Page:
Continue to baste every 15 to 20 minutes until it reaches a deep, rich, golden color, the skin is crispy, and the chicken has finished cooking through.

How to Roast a Chicken - basting a whole chicken

9 Rest the chicken: Remove the chicken from the oven when the temperature in the thickest part of the breast reads about 160°F. Let it rest for 5 minutes. The temperature will continue to rise to reach 165°F.

If you don’t have a thermometer that’s ok. The chicken is cooked through when you slice into it and the juices run clear.

Oven Roasted Chicken Recipe - - whole chicken on platter

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Summer Miller

Summer Miller is an Associate Editor for Simply Recipes based in Nebraska. Her work has appeared in Bon Appetit, Eating Well, Grit, SAVEUR, and Every Day with Rachael Ray, among others. Her first book is New Prairie Kitchen (Agate Publishing, 2015).

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8 Comments / Reviews

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Did you make it? Rate it!

  1. Dawn

    Wow, this is a great starter recipe. There are only 2 of us, so I adapted it for a game hen. I also wanted to use a vertical roaster. I made the same quantity of rub as for a large chicken. I found my herb racks were out of thyme (need to run to Penzeys), so I used Herbes de Provence instead. We have a Ponderosa lemon tree in the back yard, so I picked a plump lemon – probably at least 50% bigger than most grocery store specimens.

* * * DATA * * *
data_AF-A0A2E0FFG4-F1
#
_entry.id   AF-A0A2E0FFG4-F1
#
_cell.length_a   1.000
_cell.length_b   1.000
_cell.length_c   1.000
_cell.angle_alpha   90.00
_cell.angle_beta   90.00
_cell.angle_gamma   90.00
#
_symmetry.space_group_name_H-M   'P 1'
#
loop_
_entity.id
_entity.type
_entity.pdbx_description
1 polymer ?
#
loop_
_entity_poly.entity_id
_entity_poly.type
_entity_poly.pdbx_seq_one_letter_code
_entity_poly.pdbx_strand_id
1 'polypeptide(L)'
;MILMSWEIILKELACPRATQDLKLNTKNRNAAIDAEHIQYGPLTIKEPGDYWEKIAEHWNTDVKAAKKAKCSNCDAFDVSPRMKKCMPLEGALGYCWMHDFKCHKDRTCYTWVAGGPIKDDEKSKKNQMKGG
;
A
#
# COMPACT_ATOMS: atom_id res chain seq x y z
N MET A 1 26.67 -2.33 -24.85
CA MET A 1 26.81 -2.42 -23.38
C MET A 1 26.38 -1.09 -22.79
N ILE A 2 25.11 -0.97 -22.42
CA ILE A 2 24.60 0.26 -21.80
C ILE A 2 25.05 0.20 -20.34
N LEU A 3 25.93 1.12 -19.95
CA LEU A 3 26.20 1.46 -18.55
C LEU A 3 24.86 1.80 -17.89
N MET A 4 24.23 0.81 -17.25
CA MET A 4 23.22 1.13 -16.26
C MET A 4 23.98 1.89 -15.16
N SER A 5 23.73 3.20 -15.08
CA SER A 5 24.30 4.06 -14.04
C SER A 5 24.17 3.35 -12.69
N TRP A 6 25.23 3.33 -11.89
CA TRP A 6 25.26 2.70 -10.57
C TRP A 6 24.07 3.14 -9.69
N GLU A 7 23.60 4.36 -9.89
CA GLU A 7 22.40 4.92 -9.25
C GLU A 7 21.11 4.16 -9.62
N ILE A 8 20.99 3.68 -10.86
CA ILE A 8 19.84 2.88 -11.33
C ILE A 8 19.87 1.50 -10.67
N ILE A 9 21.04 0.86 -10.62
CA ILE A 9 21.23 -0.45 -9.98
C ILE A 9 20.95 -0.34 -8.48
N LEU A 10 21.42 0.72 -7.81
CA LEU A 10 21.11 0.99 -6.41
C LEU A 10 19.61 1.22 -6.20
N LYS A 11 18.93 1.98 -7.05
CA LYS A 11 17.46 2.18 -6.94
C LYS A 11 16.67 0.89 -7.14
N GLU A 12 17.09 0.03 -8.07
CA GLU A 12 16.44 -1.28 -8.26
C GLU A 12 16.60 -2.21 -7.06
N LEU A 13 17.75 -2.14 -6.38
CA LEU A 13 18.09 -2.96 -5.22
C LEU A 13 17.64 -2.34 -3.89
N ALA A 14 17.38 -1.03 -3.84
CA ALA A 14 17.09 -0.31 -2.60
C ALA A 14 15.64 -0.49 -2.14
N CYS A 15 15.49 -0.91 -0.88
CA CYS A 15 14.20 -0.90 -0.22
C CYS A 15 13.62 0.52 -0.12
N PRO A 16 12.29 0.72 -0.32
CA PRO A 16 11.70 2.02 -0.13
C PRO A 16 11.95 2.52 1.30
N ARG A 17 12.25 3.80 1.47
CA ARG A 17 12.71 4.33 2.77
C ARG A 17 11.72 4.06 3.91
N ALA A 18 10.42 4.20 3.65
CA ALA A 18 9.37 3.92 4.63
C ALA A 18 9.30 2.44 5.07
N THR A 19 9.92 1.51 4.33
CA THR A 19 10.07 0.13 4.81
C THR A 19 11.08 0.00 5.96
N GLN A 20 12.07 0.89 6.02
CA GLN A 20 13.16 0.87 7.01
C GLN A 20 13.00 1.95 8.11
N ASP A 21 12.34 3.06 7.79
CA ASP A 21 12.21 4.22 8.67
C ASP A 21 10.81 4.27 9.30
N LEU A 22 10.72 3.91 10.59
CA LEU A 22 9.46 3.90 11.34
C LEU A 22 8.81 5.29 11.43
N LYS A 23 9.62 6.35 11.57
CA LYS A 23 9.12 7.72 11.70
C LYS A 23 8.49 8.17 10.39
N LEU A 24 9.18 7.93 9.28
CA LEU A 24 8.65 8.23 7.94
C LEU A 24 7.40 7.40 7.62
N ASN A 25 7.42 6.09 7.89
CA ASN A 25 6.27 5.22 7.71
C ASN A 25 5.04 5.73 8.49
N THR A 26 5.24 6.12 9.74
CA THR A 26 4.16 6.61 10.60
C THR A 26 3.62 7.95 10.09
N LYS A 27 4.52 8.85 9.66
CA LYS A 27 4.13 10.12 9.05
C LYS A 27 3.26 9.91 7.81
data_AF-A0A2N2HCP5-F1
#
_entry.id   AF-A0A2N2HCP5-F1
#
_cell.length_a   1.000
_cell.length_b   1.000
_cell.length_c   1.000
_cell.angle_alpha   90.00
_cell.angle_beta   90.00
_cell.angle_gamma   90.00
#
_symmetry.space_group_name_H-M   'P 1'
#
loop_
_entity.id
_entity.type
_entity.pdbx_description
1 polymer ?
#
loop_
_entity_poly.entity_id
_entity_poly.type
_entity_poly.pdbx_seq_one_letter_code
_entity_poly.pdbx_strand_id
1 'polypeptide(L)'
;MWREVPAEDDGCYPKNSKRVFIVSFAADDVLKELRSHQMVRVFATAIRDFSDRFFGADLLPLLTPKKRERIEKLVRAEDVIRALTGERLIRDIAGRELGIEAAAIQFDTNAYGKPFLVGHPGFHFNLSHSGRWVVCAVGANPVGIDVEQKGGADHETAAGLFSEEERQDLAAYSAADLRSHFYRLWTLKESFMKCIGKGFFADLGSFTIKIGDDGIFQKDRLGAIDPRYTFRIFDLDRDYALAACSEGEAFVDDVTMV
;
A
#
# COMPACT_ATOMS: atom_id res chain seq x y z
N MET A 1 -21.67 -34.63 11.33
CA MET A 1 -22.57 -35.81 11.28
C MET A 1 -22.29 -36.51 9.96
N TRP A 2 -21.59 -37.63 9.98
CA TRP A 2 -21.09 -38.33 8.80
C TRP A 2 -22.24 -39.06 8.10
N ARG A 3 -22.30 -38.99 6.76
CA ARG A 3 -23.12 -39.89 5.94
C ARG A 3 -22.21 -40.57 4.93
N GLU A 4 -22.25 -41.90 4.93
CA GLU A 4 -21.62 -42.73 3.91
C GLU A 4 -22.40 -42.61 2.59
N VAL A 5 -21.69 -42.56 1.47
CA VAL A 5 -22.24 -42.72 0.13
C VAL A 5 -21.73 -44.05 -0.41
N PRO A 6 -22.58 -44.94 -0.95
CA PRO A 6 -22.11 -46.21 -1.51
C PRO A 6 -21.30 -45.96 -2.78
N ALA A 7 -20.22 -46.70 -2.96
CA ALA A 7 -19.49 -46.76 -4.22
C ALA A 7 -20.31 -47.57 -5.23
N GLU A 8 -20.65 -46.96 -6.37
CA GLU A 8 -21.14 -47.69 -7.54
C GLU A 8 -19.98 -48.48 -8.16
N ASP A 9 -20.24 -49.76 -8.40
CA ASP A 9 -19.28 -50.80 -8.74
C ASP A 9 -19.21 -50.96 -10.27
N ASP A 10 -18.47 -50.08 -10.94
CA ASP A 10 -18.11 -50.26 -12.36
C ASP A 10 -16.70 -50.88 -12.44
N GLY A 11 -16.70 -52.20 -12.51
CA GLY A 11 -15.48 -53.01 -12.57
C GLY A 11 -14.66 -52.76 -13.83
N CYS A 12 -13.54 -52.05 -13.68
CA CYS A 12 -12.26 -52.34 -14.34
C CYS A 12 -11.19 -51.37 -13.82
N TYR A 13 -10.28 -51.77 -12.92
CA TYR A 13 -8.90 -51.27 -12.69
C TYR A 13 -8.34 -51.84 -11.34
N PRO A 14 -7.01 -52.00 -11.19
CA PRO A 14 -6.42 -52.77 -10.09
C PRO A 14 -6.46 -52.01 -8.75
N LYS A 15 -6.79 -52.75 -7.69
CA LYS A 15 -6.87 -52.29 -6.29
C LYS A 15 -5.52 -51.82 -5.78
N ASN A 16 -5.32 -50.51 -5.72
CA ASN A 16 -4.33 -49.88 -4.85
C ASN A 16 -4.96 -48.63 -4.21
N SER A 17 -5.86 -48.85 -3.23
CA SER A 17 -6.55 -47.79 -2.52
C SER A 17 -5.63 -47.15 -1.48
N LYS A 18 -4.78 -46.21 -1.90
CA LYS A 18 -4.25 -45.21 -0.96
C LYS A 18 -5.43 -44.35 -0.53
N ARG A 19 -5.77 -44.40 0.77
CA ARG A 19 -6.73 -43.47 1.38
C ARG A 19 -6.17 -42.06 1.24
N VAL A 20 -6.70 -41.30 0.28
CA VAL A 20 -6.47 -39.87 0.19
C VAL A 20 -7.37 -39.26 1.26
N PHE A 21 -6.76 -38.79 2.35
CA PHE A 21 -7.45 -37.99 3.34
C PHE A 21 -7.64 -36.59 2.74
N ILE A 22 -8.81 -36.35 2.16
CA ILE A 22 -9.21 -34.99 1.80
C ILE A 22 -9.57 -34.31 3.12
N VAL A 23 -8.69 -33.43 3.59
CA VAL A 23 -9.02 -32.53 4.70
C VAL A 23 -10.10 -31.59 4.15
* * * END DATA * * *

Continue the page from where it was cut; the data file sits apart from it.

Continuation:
I followed the preparation as described, except that I used about 1 teaspoon of rub inside the game hen, and one teaspoon under each side of the breast skin. I left it in the fridge for just 2 hours, because we were hungry! I stuck a 1/4 lemon wedge into the center of a wire vertical roaster, as the roaster would be occupying the cavity. I made sure that the cut surface of the lemon was up against the inside of the breast part of the cavity to keep it moist. I put the roaster into a small ceramic roasting dish, with about 1 cup of wine and 1 cup of water – enough to make a 1/4 inch depth of liquid.